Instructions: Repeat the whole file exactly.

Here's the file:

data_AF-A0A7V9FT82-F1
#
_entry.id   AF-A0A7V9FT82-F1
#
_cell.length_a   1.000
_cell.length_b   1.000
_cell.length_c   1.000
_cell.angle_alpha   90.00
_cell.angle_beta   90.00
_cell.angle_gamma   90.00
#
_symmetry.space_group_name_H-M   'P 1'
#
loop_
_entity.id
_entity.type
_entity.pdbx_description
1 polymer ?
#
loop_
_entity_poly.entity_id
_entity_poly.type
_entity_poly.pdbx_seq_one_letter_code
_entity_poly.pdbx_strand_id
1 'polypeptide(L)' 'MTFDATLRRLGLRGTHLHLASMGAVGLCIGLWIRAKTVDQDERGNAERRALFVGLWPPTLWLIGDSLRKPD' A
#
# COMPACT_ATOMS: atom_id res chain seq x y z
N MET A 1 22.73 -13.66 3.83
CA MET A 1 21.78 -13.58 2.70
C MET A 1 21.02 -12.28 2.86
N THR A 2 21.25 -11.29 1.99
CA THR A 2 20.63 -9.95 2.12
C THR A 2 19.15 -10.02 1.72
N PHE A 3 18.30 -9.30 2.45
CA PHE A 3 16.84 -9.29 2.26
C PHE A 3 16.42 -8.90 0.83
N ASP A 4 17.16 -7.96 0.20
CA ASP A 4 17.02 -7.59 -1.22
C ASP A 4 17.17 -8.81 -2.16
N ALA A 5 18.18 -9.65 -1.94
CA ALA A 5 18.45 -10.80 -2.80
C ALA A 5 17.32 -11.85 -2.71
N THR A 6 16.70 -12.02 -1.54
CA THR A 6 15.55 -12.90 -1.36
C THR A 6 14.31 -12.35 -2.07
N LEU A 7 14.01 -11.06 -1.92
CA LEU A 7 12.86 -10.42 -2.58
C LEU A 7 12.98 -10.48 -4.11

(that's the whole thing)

data_AF-A0A7V9FT82-F1
#
_entry.id   AF-A0A7V9FT82-F1
#
_cell.length_a   1.000
_cell.length_b   1.000
_cell.length_c   1.000
_cell.angle_alpha   90.00
_cell.angle_beta   90.00
_cell.angle_gamma   90.00
#
_symmetry.space_group_name_H-M   'P 1'
#
loop_
_entity.id
_entity.type
_entity.pdbx_description
1 polymer ?
#
loop_
_entity_poly.entity_id
_entity_poly.type
_entity_poly.pdbx_seq_one_letter_code
_entity_poly.pdbx_strand_id
1 'polypeptide(L)' 'MTFDATLRRLGLRGTHLHLASMGAVGLCIGLWIRAKTVDQDERGNAERRALFVGLWPPTLWLIGDSLRKPD' A
#
# COMPACT_ATOMS: atom_id res chain seq x y z
N MET A 1 22.73 -13.66 3.83
CA MET A 1 21.78 -13.58 2.70
C MET A 1 21.02 -12.28 2.86
N THR A 2 21.25 -11.29 1.99
CA THR A 2 20.63 -9.95 2.12
C THR A 2 19.15 -10.02 1.72
N PHE A 3 18.30 -9.30 2.45
CA PHE A 3 16.84 -9.29 2.26
C PHE A 3 16.42 -8.90 0.83
N ASP A 4 17.16 -7.96 0.20
CA ASP A 4 17.02 -7.59 -1.22
C ASP A 4 17.17 -8.81 -2.16
N ALA A 5 18.18 -9.65 -1.94
CA ALA A 5 18.45 -10.80 -2.80
C ALA A 5 17.32 -11.85 -2.71
N THR A 6 16.70 -12.02 -1.54
CA THR A 6 15.55 -12.90 -1.36
C THR A 6 14.31 -12.35 -2.07
N LEU A 7 14.01 -11.06 -1.92
CA LEU A 7 12.86 -10.42 -2.58
C LEU A 7 12.98 -10.48 -4.11